A Midsummer Night's Dream
nytheatre.com review by Maggie Cino
April 21, 2006
A Midsummer Night’s Dream is a screwball comedy, a wacky cloud of fairy dust. Director Tina Landau and musicians GrooveLily understand this very well.
For anyone who doesn’t know the intricate story, Theseus, king of Athens, is about to marry Hippolyta, queen of the Amazons. At the same time Demetrius, a young man at court, wants to marry Hermia, the daughter of the king’s right-hand man. Hermia’s best friend Helena is in love with Demetrius, who won’t give her the time of day. Hermia, however, is in love with Lysander, who loves her back but can’t get her father’s permission to marry her. Theseus orders Hermia to marry Demetrius, so Hermia and Lysander run away to the fairy wood.
But the fairies are also in a fray. Titania, queen of the fairies, has a page boy who is the son of her best friend who died in childbirth. Oberon wants him, Titania won’t give him up. Meanwhile, some crude working men (known as the Rude Mechanicals) are planning a play for the wedding festivities. One of the Mechanicals, Bottom, stumbles away from rehearsal. Oberon gives him a donkey head and enchants Titania, who falls in love with the donkey-headed Bottom while Oberon gets the page boy. Concurrently, Helena and Demetrius have followed Hermia and Lysander into the forest. Oberon happens to see that Helena is sick with unrequited love and so sends his top fairy, Puck, to enchant Demetrius. Puck gets confused, enchants Lysander instead, and madness ensues that is ultimately all set right in the end.
It’s a long, complicated story, and the first two hours of this particular production are a little slow. However, the stagecraft and acting keep the magic alive.
Let’s start with the design team, as there’s no way to talk about this production without talking about Michael Krass’s costumes, Scott Zielinski’s lights, and especially Louisa Thompson’s set. The set is so wonderful I just wanted to run up there and play on everything myself. At the very top of the show the band is sleeping on a black stage. As they begin to dream the play, their chairs lift, flowers grow, and a white wall filled with candles descends—and there we are in Theseus and Hippolyta’s palace. At the end of that scene, the Mechanicals shove aside the gorgeous white flat and make their own crude little area with a sheet and work lights. In the fairy wood, slender silver poles with little climbing steps glimmer as trees, and the acrobatic fairies use them to curl up in podlike hammocks, bungee jump on them, hang sideways off of them. Maybe once this production is over, this team would consider collaborating on a playground for grownups.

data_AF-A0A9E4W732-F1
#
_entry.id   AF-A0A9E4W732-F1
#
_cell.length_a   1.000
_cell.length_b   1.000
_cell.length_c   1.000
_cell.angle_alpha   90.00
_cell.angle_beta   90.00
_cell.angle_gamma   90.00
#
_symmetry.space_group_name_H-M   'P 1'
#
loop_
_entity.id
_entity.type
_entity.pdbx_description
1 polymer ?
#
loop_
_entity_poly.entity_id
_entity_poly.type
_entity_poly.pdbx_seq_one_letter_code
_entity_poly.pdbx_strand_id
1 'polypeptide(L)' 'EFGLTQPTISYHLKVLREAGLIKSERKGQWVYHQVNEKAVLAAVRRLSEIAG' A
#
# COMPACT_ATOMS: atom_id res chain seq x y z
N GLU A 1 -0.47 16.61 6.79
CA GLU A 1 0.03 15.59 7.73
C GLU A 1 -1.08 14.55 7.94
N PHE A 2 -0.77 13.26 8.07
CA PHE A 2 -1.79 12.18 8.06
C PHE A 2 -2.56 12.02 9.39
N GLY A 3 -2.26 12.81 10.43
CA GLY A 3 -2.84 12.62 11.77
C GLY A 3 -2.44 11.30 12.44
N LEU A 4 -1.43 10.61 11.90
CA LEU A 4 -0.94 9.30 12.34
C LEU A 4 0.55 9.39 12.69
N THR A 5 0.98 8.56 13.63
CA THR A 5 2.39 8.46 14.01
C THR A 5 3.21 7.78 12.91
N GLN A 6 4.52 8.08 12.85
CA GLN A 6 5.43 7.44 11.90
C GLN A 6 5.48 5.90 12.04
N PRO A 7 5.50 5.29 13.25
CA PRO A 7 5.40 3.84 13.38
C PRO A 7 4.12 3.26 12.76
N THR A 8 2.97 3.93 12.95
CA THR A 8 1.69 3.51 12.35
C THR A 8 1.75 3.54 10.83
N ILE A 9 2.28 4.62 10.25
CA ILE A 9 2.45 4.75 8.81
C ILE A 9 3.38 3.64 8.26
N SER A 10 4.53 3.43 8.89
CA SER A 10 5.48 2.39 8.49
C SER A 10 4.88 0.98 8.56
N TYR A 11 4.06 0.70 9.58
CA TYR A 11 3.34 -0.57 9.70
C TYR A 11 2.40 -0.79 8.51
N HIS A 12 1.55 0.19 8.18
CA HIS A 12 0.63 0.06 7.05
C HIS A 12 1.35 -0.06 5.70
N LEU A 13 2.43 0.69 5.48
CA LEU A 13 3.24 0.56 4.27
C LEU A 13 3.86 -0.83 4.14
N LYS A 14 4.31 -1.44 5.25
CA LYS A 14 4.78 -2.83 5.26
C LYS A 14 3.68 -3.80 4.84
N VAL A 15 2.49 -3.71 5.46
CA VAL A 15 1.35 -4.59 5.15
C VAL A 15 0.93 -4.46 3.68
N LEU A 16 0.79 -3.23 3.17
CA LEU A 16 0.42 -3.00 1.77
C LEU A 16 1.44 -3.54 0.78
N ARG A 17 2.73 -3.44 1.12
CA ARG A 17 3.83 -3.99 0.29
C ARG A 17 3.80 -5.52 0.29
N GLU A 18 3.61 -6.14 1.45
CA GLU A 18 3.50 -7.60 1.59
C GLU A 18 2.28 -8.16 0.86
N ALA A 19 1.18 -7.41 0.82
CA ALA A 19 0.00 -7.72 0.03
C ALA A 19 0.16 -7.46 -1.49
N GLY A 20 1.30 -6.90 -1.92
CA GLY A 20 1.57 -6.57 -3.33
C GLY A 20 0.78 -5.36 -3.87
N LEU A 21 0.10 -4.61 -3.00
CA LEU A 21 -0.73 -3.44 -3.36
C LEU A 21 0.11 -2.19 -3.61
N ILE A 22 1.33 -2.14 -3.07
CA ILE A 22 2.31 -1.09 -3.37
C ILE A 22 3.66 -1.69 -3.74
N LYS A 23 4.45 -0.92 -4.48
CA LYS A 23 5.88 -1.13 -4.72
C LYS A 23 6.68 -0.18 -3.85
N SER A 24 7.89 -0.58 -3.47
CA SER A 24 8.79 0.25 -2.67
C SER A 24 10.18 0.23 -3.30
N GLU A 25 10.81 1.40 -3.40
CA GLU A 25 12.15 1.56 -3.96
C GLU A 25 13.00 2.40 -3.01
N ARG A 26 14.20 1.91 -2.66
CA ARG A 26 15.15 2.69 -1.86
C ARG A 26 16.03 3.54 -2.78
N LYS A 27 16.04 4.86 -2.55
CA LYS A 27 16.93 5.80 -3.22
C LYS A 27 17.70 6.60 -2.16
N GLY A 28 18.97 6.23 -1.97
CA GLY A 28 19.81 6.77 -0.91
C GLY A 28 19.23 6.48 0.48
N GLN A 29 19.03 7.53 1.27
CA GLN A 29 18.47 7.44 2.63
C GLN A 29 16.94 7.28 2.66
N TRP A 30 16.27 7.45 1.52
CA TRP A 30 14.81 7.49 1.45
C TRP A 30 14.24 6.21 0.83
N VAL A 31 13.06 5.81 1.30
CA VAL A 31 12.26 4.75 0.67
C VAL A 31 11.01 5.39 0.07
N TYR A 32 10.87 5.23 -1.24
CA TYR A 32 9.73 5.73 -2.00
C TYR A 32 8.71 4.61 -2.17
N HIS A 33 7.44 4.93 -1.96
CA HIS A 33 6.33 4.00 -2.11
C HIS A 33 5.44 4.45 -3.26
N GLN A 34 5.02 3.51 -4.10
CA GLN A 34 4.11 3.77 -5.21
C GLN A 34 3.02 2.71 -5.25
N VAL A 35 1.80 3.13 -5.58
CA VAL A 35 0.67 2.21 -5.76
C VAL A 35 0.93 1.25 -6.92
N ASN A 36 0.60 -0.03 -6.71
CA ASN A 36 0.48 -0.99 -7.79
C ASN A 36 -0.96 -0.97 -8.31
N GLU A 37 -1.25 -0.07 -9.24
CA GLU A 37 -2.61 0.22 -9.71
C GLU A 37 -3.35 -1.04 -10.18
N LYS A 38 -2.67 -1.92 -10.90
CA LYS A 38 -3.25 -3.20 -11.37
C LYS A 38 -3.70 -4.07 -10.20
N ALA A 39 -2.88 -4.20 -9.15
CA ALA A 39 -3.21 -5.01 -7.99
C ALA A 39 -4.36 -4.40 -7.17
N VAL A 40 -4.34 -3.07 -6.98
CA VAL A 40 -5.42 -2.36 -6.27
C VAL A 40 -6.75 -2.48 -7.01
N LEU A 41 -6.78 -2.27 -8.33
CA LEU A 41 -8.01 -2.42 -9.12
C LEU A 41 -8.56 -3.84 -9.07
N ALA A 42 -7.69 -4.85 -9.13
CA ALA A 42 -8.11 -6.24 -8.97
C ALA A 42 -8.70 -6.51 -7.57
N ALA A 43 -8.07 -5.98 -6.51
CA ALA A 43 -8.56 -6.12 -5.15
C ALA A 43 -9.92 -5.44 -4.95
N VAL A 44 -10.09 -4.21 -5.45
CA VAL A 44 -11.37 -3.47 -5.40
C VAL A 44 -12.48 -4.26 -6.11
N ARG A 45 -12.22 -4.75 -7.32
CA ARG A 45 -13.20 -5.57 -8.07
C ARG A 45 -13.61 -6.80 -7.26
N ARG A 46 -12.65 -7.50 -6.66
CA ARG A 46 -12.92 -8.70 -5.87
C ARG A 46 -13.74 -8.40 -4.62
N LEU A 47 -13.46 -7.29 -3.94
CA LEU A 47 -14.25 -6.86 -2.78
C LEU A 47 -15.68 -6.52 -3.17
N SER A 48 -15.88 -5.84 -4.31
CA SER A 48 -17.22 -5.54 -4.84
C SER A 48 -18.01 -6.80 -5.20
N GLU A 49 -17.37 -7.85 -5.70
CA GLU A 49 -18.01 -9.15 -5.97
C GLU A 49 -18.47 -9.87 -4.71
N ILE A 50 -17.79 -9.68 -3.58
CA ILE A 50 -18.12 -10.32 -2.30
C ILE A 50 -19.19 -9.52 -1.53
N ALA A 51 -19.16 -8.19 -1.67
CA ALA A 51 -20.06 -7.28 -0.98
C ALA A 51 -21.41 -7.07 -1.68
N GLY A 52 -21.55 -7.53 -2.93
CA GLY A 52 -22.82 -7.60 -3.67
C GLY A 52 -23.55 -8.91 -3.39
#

But, oh yes, back to the play! A credit to both director and costume designer, there is no doubt that the small, bohemian Hermia belongs with scruffy Lysander, and that leggy, elegant Helena belongs with aristocratic Demetrius. Another choice piece of casting is Lea DeLaria as Bottom. Her Bottom is a crude show-off but he is also actually talented, and the Mechanicals put up with all of his excesses because he’s the best performer of the bunch. Did I say “he”? Bottom is a woman who’s trying to pass as a man, a choice that enlivens DeLaria’s performance. Since she knows she might be discovered at any moment, she has added incentive to make as much of every opportunity as she can. Ellen McLaughlin’s haughty strangeness is put to good use as Titania, and Jay Goede is an unusually kindhearted Oberon. In general, the actors are having such a good time with their parts that the old woods have new energy. Special note has also to be taken of Brenda Withers as Helena and James Martinez as Lysander.
GrooveLily turns the more poetic passages into songs that have a folk-rock-modern-adult-fairytale-rave feel. The music holds the production together, creates the mood, and keeps the energy high even when the story gets long. And Landau’s choice to give the fairy woods a nightclub feel justifies having all the band equipment on stage.
There is a moment at the very end that sums up the whole experience. After a final blowout musical number, Puck had to stop the audience’s applause—in order to ask for it again in the final speech. The timing is a little off all around, but it’s an enthusiastic experience nonetheless.